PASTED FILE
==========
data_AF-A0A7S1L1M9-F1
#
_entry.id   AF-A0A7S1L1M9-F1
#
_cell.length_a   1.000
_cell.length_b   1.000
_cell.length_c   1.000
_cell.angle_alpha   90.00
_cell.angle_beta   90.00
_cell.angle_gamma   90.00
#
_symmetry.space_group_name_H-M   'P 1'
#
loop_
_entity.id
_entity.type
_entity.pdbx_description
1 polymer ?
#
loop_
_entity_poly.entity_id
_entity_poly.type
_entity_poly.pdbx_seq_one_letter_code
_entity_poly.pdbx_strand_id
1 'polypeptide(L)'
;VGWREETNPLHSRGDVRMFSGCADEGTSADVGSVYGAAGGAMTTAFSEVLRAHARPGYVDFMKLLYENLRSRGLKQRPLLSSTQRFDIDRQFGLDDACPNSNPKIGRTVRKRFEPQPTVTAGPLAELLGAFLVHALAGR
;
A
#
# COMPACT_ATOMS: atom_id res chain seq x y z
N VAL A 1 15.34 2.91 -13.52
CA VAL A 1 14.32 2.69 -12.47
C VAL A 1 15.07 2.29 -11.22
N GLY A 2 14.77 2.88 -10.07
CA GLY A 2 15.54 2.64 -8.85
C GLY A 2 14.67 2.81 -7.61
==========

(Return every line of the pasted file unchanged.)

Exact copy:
data_AF-A0A7S1L1M9-F1
#
_entry.id   AF-A0A7S1L1M9-F1
#
_cell.length_a   1.000
_cell.length_b   1.000
_cell.length_c   1.000
_cell.angle_alpha   90.00
_cell.angle_beta   90.00
_cell.angle_gamma   90.00
#
_symmetry.space_group_name_H-M   'P 1'
#
loop_
_entity.id
_entity.type
_entity.pdbx_description
1 polymer ?
#
loop_
_entity_poly.entity_id
_entity_poly.type
_entity_poly.pdbx_seq_one_letter_code
_entity_poly.pdbx_strand_id
1 'polypeptide(L)'
;VGWREETNPLHSRGDVRMFSGCADEGTSADVGSVYGAAGGAMTTAFSEVLRAHARPGYVDFMKLLYENLRSRGLKQRPLLSSTQRFDIDRQFGLDDACPNSNPKIGRTVRKRFEPQPTVTAGPLAELLGAFLVHALAGR
;
A
#
# COMPACT_ATOMS: atom_id res chain seq x y z
N VAL A 1 15.34 2.91 -13.52
CA VAL A 1 14.32 2.69 -12.47
C VAL A 1 15.07 2.29 -11.22
N GLY A 2 14.77 2.88 -10.07
CA GLY A 2 15.54 2.64 -8.85
C GLY A 2 14.67 2.81 -7.61